program to watch next. Its my turn for once. TV. Your TV shows are
boring.

Two sisters, Mariah and Mariah: You made me Matilda: Its your fault
Matilda, are arguing over lose because you always because you never let me
the rules to a board game. cheat and make up rules! have a fair chance.

Scott and Desire are Scott: You were chasing Desire: Its your fault
cousins visiting their me, so I ran into the table because you called me a
grandma. Theyve broken because of you. name and made me mad!
her teapot.

(CHILDS NAME) (DATE) (ADULTS SIGNATURE)

2011 Committee for Children Second Step: Skills for Social and Academic Success Page 71
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Grade 3, Unit 4
Lesson 19: Solving Classroom Problems Home Link
What Is My Child Learning? Why Is It Important?
Your child is learning to use Problem-Solving Using the Problem-Solving Steps helps
Steps. children solve difficult problems, like dealing
with negative peer pressure.

Ask your child: What are the Problem-Solving Steps?

Read Together
When you have a problem, using the Problem-Solving Steps can help you
remember what to do!
S: Say the problem without blame.
T: Think of solutions.
E: Explore consequences.
P: Pick the best solution.

Practice Together: Problem? Solved!


Practice using the Problem-Solving Steps to solve a common problem in your household.
1. Think about common problems in your household. Agree on one to solve together. Blaming
Words
2. Each write down the problem from your perspective inside one of the profiles below.
Always
3. Check for blaming words.
Never
4. Write one problem statement without blame.
You m
5. Use the Problem-Solving Steps to find a solution together. ade me
Because
6. Make a plan to put your solution into action. Problem solved! of you
Its you
r fault

Our problem statement: 

(CHILDS NAME) (DATE) (ADULTS SIGNATURE)

2011 Committee for Children Second Step: Skills for Social and Academic Success Page 79
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Grade 3, Unit 4
Lesson 21: Dealing with Negative Peer Pressure Home Link
What Is My Child Learning? Why Is It Important?
Your child has been learning skills to help him These important skills will help children be
or her be a better learner and get along with more successful in school, at home, and later
others. in life.

Ask your child: How has what youve learned in your Second Step lessons helped you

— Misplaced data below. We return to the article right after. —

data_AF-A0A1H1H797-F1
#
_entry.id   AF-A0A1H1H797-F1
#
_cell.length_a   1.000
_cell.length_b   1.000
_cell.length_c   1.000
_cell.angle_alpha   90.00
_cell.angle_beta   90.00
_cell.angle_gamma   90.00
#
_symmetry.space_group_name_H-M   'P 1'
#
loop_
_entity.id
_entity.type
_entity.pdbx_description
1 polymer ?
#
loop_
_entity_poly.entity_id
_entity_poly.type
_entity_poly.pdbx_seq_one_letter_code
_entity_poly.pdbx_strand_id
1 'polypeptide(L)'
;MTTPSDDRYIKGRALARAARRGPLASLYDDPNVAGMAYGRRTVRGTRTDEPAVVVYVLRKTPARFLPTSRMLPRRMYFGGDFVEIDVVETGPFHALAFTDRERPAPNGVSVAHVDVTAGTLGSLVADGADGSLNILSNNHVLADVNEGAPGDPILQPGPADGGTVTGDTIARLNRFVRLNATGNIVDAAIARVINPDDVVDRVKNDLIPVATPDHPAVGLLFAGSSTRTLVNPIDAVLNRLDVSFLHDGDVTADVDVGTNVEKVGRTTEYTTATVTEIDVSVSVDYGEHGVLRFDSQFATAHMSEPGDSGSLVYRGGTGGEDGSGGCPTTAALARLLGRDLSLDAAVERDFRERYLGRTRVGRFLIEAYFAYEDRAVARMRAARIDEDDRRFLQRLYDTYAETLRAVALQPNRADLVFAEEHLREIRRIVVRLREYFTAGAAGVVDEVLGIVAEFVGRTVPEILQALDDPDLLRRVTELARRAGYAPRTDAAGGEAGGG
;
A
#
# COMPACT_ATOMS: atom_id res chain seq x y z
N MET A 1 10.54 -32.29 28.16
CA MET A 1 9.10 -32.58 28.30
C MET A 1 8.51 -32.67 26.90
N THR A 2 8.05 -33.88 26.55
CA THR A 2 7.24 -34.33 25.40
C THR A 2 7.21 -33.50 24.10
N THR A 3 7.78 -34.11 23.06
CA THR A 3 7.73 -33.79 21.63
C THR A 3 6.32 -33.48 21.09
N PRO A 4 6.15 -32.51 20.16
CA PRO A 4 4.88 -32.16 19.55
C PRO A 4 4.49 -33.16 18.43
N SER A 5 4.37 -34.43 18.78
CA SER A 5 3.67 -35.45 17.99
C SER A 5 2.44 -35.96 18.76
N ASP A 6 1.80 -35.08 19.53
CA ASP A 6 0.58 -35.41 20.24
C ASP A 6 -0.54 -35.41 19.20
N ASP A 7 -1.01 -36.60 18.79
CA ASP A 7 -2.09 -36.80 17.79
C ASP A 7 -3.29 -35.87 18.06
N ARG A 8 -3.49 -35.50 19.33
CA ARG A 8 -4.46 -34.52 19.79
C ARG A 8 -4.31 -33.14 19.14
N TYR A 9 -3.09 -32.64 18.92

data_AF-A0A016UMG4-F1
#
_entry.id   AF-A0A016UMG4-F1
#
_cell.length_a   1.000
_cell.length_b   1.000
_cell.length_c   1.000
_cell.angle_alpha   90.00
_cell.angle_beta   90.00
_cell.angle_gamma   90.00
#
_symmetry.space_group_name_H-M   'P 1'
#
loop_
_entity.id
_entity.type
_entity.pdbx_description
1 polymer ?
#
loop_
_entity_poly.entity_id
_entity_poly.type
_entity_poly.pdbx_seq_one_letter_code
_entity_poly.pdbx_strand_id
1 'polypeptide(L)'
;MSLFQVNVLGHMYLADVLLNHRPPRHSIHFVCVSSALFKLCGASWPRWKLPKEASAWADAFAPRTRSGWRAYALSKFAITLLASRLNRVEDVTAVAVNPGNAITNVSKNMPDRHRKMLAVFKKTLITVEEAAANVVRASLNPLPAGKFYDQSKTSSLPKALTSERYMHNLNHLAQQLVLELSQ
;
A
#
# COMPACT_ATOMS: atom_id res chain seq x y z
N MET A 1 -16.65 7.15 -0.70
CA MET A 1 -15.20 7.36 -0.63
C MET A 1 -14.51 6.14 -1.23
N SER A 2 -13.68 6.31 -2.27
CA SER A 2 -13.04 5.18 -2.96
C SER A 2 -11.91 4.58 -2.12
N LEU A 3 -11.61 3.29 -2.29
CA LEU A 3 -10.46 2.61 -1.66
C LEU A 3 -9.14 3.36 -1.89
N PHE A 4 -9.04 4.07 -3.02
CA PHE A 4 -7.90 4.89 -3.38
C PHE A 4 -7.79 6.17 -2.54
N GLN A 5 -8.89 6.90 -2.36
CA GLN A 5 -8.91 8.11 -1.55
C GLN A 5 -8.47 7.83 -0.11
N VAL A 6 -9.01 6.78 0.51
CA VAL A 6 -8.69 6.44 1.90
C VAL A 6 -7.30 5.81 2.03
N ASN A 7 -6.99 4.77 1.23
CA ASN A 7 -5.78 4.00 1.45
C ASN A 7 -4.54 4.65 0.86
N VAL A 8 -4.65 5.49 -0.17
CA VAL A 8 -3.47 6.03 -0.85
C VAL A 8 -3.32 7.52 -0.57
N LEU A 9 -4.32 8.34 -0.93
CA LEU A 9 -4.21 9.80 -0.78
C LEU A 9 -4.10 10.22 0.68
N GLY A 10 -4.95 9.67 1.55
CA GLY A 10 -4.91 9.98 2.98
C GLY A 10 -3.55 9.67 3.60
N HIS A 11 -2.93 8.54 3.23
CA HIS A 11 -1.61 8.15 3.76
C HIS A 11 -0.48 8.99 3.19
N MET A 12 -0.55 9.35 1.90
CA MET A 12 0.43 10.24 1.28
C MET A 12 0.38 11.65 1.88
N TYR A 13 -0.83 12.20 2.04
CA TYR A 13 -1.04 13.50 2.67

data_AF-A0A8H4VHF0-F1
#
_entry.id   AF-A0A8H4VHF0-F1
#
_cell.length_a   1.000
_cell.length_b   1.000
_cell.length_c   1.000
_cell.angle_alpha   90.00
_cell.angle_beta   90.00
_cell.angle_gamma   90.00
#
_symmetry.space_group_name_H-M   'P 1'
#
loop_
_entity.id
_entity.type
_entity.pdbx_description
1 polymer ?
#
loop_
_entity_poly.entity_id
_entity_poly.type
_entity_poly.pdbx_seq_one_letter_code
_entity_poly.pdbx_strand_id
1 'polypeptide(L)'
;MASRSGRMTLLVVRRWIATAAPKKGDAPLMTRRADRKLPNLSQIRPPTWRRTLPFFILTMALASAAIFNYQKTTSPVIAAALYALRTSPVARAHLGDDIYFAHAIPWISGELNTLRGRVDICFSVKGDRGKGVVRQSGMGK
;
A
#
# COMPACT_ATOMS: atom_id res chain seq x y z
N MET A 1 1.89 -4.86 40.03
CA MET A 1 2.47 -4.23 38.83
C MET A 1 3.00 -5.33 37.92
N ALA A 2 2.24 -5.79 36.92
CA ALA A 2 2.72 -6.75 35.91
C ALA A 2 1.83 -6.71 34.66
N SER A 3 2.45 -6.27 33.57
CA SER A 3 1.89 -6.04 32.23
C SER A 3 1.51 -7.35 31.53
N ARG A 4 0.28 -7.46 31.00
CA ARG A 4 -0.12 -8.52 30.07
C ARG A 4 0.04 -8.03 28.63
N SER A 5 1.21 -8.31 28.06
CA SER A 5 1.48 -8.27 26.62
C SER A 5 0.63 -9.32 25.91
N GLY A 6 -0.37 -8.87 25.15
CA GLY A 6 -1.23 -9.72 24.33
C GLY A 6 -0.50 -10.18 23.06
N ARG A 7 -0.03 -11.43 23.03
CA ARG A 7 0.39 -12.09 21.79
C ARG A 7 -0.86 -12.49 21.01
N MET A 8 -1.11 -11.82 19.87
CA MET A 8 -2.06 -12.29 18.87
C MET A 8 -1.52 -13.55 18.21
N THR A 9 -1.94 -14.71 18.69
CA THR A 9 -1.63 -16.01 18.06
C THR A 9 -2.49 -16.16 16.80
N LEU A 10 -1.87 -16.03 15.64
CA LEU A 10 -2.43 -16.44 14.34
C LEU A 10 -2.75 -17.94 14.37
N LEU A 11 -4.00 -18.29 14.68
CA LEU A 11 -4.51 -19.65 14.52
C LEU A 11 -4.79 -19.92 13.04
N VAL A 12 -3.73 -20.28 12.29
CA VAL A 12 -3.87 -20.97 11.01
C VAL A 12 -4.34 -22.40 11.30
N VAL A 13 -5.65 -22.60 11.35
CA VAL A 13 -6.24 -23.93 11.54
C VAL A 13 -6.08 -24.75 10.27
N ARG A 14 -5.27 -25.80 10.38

at school? How can you practice the skills at home so you keep getting better?

Read Together
During your Second Step lessons, youve been learning and practicing skills to help you learn and get along better
with others.
Every week, you filled out a Weekly Skill Check to keep track of what you learned, where you practiced, how
much more you needed to practice, and where youd practice in the future. Today youll show these to me to
celebrate your learning!

Practice Together: Check Me Out!


1. Look at the portfolio of Weekly Skill Checks completed over the year.
2. Review what was learned and practiced each week.
3. Now its time to reflect on how much youve learned and improved!

Child:
Choose one skill in each category that youve improved on a lot, and write it in the upper box.
Choose one skill in each category that youd still like to practice some more, and write it in the lower box.
Adult:
Help your child determine which skills he or she has improved in and which need more improvement.
Refer to the Check Up on the Weekly Skill Checks for guidance.

Skills for Learning Empathy Emotion Management Problem Solving

Something I improved on Something I improved on Something I improved on Something I improved on


a lot was: a lot was: a lot was: a lot was:

Something I can improve Something I can improve Something I can improve Something I can improve
on more is: on more is: on more is: on more is:

(CHILDS NAME) (DATE) (ADULTS SIGNATURE)

2011 Committee for Children Second Step: Skills for Social and Academic Success Page 85